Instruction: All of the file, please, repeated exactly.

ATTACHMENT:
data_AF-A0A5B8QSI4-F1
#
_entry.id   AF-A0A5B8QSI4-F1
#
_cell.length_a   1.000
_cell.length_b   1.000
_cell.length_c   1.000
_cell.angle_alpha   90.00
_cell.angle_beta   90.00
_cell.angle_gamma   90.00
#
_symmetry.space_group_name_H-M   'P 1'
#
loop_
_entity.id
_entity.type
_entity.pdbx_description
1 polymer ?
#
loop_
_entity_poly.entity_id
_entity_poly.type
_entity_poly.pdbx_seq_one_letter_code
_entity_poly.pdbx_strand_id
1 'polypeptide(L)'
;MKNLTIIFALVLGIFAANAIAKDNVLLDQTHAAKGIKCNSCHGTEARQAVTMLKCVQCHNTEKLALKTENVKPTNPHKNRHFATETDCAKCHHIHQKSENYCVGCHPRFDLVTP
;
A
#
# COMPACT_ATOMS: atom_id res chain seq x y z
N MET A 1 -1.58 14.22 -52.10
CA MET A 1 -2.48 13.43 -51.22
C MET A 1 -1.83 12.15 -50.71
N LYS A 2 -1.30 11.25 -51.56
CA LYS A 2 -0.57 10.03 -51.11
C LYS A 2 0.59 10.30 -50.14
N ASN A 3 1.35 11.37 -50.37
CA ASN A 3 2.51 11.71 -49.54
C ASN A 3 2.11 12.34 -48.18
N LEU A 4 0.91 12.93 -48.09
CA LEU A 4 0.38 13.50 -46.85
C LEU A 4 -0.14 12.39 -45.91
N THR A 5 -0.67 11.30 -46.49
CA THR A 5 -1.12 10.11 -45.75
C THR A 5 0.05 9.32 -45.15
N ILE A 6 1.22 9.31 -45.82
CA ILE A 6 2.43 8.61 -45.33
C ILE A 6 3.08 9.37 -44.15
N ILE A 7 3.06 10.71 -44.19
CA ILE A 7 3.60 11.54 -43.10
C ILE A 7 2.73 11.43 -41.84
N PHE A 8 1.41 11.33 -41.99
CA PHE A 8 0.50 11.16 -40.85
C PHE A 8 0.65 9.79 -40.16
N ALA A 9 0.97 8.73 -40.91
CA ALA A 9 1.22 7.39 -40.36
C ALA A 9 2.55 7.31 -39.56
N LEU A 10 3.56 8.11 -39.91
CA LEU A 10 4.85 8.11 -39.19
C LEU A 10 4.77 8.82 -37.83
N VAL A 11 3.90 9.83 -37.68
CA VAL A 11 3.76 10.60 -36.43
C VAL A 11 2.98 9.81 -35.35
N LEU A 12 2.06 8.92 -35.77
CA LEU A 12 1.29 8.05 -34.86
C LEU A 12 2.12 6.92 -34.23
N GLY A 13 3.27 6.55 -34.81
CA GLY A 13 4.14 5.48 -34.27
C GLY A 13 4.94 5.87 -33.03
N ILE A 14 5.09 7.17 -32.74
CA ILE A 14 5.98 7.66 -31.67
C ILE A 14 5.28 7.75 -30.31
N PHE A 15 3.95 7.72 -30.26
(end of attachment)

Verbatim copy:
data_AF-A0A5B8QSI4-F1
#
_entry.id   AF-A0A5B8QSI4-F1
#
_cell.length_a   1.000
_cell.length_b   1.000
_cell.length_c   1.000
_cell.angle_alpha   90.00
_cell.angle_beta   90.00
_cell.angle_gamma   90.00
#
_symmetry.space_group_name_H-M   'P 1'
#
loop_
_entity.id
_entity.type
_entity.pdbx_description
1 polymer ?
#
loop_
_entity_poly.entity_id
_entity_poly.type
_entity_poly.pdbx_seq_one_letter_code
_entity_poly.pdbx_strand_id
1 'polypeptide(L)'
;MKNLTIIFALVLGIFAANAIAKDNVLLDQTHAAKGIKCNSCHGTEARQAVTMLKCVQCHNTEKLALKTENVKPTNPHKNRHFATETDCAKCHHIHQKSENYCVGCHPRFDLVTP
;
A
#
# COMPACT_ATOMS: atom_id res chain seq x y z
N MET A 1 -1.58 14.22 -52.10
CA MET A 1 -2.48 13.43 -51.22
C MET A 1 -1.83 12.15 -50.71
N LYS A 2 -1.30 11.25 -51.56
CA LYS A 2 -0.57 10.03 -51.11
C LYS A 2 0.59 10.30 -50.14
N ASN A 3 1.35 11.37 -50.37
CA ASN A 3 2.51 11.71 -49.54
C ASN A 3 2.11 12.34 -48.18
N LEU A 4 0.91 12.93 -48.09
CA LEU A 4 0.38 13.50 -46.85
C LEU A 4 -0.14 12.39 -45.91
N THR A 5 -0.67 11.30 -46.49
CA THR A 5 -1.12 10.11 -45.75
C THR A 5 0.05 9.32 -45.15
N ILE A 6 1.22 9.31 -45.82
CA ILE A 6 2.43 8.61 -45.33
C ILE A 6 3.08 9.37 -44.15
N ILE A 7 3.06 10.71 -44.19
CA ILE A 7 3.60 11.54 -43.10
C ILE A 7 2.73 11.43 -41.84
N PHE A 8 1.41 11.33 -41.99
CA PHE A 8 0.50 11.16 -40.85
C PHE A 8 0.65 9.79 -40.16
N ALA A 9 0.97 8.73 -40.91
CA ALA A 9 1.22 7.39 -40.36
C ALA A 9 2.55 7.31 -39.56
N LEU A 10 3.56 8.11 -39.91
CA LEU A 10 4.85 8.11 -39.19
C LEU A 10 4.77 8.82 -37.83
N VAL A 11 3.90 9.83 -37.68
CA VAL A 11 3.76 10.60 -36.43
C VAL A 11 2.98 9.81 -35.35
N LEU A 12 2.06 8.92 -35.77
CA LEU A 12 1.29 8.05 -34.86
C LEU A 12 2.12 6.92 -34.23
N GLY A 13 3.27 6.55 -34.81
CA GLY A 13 4.14 5.48 -34.27
C GLY A 13 4.94 5.87 -33.03
N ILE A 14 5.09 7.17 -32.74
CA ILE A 14 5.98 7.66 -31.67
C ILE A 14 5.28 7.75 -30.31
N PHE A 15 3.95 7.72 -30.26